Enhanced air quality boosts natural carbon capture by plants, says Carnegie study

green leaves in the sky and the sun

A study led by the Carnegie Institution for Science in Washington, DC, reveals that improving air quality could significantly enhance plants’ natural ability to sequester carbon dioxide, thereby aiding in climate change mitigation. The research, published in the Proceedings of the National Academy of Sciences, was conducted by a Carnegie-led team, including Liyin He, Lorenzo Rosa, and Joe Berry. They utilized satellite data to measure photosynthetic activity and aerosol pollution across Europe, finding that plants capture more carbon during weekends when industrial activities and commuting are reduced.

Plants possess a unique capability, known as photosynthesis, enabling them to transform sunlight into chemical energy, simultaneously absorbing carbon dioxide from the air. This process is vital in combating climate change, as it allows plants to store carbon, preventing its contribution to global warming. However, aerosols—tiny particles released from burning fossil fuels or wood—can impede this process by diminishing air quality and blocking sunlight, akin to placing plants in shade.

Previous research has indicated that aerosol pollution can decrease agricultural yields by up to 20 percent. The Carnegie team’s study employed the TROPOspheric Monitoring Instrument (TROPOMI) aboard the Copernicus Sentinel-5 Precursor satellite, along with the Visible Infrared Imaging Radiometer Suite, to assess photosynthetic activity and aerosol levels in Europe. The researchers discovered a weekly cycle in photosynthetic activity, peaking on weekends and diminishing during weekdays, inversely correlating with aerosol pollution patterns. A similar trend was observed during the COVID-19 lockdowns.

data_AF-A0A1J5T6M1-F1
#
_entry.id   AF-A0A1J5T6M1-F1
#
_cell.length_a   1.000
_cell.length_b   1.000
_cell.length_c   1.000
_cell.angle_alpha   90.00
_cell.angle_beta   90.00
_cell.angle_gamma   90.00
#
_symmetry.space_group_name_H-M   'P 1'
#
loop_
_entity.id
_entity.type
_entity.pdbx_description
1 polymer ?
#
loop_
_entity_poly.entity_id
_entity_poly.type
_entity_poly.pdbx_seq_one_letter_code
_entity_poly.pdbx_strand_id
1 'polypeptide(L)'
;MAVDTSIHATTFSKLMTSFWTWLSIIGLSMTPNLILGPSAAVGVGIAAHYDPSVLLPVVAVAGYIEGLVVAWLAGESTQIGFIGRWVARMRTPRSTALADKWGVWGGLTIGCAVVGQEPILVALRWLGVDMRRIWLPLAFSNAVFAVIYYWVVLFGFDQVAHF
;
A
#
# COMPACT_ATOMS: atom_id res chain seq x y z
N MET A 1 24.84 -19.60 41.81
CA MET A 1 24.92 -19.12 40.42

The team’s findings suggest that if particulate pollution were reduced to maintain weekend levels of photosynthetic activity throughout the week, it could remove between 40 and 60 megatons of carbon dioxide annually from the atmosphere. This reduction would not only aid in trapping carbon in biological matter but also boost agricultural productivity without expanding crop land.

Lorenzo Rosa highlighted the policy implications of this research for European governments. By improving air quality, these countries could better achieve their climate goals, including capturing approximately 500 megatons of carbon dioxide per year. Rosa’s research at Carnegie, which began in 2022, focuses on understanding agricultural challenges posed by climate change and exploring sustainable agricultural practices. His work encompasses irrigation strategies, soil moisture-retention techniques, and evaluating solutions for reducing the carbon footprint of fertilizer production towards achieving net-zero emissions in agriculture.

Source: EurekAlert!

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